To be thorough, we'll also write a test to verify the behavior of our tag when there is no user logged in.

    void testLoginToggleNoUser() {

        def output = tagLib.loginToggle().toString()

        assert output.contains('Login')

        assert output.contains('action=login')


Now that we see how easy it is to write unit tests for Grails tagLibs we have no excuse for leaving those auto-generated test classes empty.

Saturday, August 15, 2009

Display An Image Property In a GSP

This is the first post for the GQuick blog. In this blog I plan to include helpful tips about Grails that we weren't able to get to in the book as well as address questions that come up from readers.

To kick this off we'll look at something that a couple readers of the beta ebook have asked about: Displaying the Sponsor logo in a GSP.

For those who haven't read the book, a bit of background. We have a Sponsor class which represents organizations that might sponsor a technical event. Here's an abbreviated listing of the Sponsor class:
class Sponsor {
byte[] logo

static constraints = {
logo(nullable:true, maxSize:1000000)

This will give us, in most databases, a BLOB type in which we can store an image of our sponsor's logo. Grails' scaffolded views provide the file upload mechanism for us but they don't provide a way to display the stored image in our pages. But don't worry, it's a piece of cake, this is Grails after all.

The first thing we'll do is add an action to our SponsorController called displayLogo.
class SponsorController {

def displayLogo = {
def sponsor = Sponsor.get(
response.contentType = "image/jpeg"
response.contentLength = sponsor?.logo.length

In this action we are retrieving a Sponsor with the id being passed in the params. Then we set a couple properties on the response object that is automatically injected into all Grails controllers. We set the contentType to "image" and the contentLength to the length of the logo property of the Sponsor instance. Finally we write the sponsor.logo to the outputStream of the response. Pretty simple so far.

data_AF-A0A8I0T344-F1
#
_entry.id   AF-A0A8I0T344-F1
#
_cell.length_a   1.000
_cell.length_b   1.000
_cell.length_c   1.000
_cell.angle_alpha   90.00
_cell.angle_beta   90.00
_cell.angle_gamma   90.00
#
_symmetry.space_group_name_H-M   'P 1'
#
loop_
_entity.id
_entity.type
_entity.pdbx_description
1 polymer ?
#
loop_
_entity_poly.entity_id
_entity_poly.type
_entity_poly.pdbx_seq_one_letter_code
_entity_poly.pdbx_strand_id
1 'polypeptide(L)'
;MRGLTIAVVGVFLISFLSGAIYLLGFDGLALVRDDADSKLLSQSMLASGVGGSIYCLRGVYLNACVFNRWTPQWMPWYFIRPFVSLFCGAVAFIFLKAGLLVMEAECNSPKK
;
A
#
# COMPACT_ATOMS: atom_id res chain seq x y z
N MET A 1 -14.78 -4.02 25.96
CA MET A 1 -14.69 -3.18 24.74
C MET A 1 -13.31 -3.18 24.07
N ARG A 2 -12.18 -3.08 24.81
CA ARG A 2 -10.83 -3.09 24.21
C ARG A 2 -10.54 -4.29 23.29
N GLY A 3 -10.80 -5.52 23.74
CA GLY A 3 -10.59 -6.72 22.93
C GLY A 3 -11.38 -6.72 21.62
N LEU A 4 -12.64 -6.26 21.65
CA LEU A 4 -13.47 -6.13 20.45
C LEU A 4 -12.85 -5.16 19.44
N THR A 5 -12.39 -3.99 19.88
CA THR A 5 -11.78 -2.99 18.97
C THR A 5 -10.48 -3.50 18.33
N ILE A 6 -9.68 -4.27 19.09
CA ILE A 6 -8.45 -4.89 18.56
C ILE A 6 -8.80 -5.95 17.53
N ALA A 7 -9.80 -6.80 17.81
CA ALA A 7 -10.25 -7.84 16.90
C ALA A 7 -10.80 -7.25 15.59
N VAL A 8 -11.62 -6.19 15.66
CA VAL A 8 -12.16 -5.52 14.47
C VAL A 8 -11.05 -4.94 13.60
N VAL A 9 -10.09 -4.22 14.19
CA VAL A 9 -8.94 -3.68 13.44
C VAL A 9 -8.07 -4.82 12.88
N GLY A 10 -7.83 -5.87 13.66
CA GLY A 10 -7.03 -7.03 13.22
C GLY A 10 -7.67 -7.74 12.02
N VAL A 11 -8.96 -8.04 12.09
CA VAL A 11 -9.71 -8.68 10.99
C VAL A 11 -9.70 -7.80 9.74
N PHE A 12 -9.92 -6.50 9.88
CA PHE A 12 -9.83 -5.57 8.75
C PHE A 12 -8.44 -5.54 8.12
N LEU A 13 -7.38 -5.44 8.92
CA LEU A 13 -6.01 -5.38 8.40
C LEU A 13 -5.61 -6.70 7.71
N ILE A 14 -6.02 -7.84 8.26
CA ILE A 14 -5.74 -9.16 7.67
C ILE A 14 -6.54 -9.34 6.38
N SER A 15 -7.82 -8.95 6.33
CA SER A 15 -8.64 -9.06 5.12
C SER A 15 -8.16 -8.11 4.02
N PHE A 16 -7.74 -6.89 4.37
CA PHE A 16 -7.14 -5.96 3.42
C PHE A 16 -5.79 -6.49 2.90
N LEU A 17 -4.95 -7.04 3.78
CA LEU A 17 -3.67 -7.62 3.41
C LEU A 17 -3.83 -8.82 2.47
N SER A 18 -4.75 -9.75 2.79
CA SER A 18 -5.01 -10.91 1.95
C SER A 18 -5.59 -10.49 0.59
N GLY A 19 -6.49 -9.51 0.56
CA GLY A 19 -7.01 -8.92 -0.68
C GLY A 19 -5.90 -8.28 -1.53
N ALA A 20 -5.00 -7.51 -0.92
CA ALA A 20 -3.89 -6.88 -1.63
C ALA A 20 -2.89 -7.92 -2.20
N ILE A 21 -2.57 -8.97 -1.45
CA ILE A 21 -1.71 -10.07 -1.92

The next step is to call this action in our GSP. To do this we'll use the createLink tag within an img tag, like so:

<img src="${createLink(action:'displayLogo', id:sponsorInstance?.id)}" />

Now if we drop this in our sponsor/show.gsp in place of the current ${sponsorInstance?.logo} (which spits out a bunch of binary goodness) we will get... an x or a ? depending on which browser we're using. Don't panic, this is just our SecurityFilter trying to help us out. ( For those who haven't read GQuick, we have a SecurityFilter that checks for a logged in user for all actions but those listed in the allowedActions list).

So, let's add displayLogo to the allowedActions list, like this:

def allowedActions = ['show', 'index', 'list', 'login',
                      'validate', 'search', 'displayLogo']
Note: this step is only necessary if you've been following along with the TekDays application in Grails: A Quick-Start Guide. If you are just using this technique in your own application then you're already done.

Now when we view one of our sponsors it will look more like this: